Forcing Dress Code on Muslims part of BJP Poll Plan?
The recent ban on wearing the hijab in some educational institutions in Karnataka is part of a larger design to strip Muslims of their rights, says
IN THE aftermath of the attack on some youngsters ‘partying’ at a home-stay in Mangalore on 28 July, public pressure has forced the BJP government to arrest 22 activists of the Hindu Jagaran Vedike. While the attack is seen as a prepoll strategy by the BJP to mobilise its core votebank, the home-stay attack signifies that the BJP’s Hindutva project in coastal Karnataka has entered a new phase of extreme radicalisation.
Last week, the Vivekananda Vidyavardhaka Sangha group of institutions (VVS Puttur, Dakshin Kannada) issued instruc- tions to its students and staff to wear tilaks, earrings and bangles while attending classes. The diktat issued by the management extends to minority students and college staff. While wearing the tilak and bangles is encouraged by the management under the garb of promoting ‘Indian’ values, any display of hijab (headscarf ) or burqa is banned in the 41 institutions (from preschool to engineering) run by VVS, on the grounds that it is not part of its prescribed ‘uniform’. VVS Secretary E Shivaparasad says, “Ours is an institution based on the principles and teaching of Swami Vivekananda. And it is our duty to promote and inculcate among our students a spirit of Indian values and culture.” When questioned about the headscarf ban, he says, “It goes against the uniform dress code, hence could not be allowed.”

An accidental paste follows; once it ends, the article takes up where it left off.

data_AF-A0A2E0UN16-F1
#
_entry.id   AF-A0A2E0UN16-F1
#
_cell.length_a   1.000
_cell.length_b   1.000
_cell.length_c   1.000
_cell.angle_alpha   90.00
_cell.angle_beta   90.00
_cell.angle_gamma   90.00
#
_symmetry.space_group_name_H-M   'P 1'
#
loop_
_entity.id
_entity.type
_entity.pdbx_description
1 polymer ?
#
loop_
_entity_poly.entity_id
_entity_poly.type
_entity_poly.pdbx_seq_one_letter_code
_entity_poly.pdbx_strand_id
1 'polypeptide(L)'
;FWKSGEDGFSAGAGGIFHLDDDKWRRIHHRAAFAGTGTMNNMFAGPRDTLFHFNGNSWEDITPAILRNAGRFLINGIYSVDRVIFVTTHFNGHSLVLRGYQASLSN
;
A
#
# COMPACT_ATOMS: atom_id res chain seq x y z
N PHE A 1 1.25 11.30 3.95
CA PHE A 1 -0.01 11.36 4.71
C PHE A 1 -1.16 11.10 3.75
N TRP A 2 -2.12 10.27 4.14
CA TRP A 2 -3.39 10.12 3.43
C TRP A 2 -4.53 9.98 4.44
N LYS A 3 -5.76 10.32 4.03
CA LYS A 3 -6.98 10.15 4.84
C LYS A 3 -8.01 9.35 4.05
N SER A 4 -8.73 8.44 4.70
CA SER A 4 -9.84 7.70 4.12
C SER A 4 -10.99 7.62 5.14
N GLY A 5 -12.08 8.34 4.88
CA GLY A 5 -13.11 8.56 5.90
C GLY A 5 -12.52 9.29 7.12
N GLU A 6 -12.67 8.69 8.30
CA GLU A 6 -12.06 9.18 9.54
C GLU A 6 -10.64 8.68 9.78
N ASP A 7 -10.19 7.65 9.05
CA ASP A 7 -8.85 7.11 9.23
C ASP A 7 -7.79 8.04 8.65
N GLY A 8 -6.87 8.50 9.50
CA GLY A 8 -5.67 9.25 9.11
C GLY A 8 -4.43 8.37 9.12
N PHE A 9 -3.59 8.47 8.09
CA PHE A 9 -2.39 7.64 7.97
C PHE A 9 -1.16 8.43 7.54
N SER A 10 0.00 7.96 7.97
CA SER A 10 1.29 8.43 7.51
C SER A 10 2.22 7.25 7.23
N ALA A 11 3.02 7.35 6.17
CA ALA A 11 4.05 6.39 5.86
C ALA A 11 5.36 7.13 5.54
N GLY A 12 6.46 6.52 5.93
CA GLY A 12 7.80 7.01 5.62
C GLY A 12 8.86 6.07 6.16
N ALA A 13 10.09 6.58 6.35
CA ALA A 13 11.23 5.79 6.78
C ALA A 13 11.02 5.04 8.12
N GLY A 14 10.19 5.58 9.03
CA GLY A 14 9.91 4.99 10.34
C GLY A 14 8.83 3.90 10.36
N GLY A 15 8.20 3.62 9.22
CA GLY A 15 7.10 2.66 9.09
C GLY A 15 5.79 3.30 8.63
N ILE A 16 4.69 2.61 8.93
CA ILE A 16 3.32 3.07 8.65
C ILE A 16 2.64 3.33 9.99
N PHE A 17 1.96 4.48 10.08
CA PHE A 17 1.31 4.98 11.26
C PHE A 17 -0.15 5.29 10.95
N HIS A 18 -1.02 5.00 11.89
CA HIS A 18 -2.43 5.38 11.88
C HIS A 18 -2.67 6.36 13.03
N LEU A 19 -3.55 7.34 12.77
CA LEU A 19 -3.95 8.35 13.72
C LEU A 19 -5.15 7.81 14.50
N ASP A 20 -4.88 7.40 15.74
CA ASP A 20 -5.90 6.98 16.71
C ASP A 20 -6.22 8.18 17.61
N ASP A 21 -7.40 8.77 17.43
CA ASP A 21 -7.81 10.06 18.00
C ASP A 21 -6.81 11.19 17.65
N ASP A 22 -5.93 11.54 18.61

For the past three years, several private institutions in coastal and Dakshin Kannada have disallowed Muslim girls from wearing the burqa, and now even the headscarf, though they have refrained from issuing any official instruction or mentioning it in their prospectus. Interestingly, the first to impose such a ban was a Christian institution, St. Agnes College, followed by St. Anne’s and St. Aloysius College in Mangalore. A guest lecturer at Mangalore University, who was earlier offered the job of an Assistant Professor at St. Aloysius, says of her meeting with its principal: “They asked me to meet the principal Swebert D’Silva. He told me that as per rules, I cannot teach wearing the burqa. When I asked if I could wear a coloured scarf, he flatly said I couldn’t.”
When contacted by TEHELKA, Swebert D’Silva maintained that, “the ban is imposed only in the classes and examination halls. They are free to wear what they want in the campuses”. Reasoning the ban, D’Silva says, “During examination, students can smuggle in gadgets and notes. As a rule, we have asked them to keep their heads uncovered.” At the same time, he added that there should be uniformity in classrooms. Since 2008, more than 15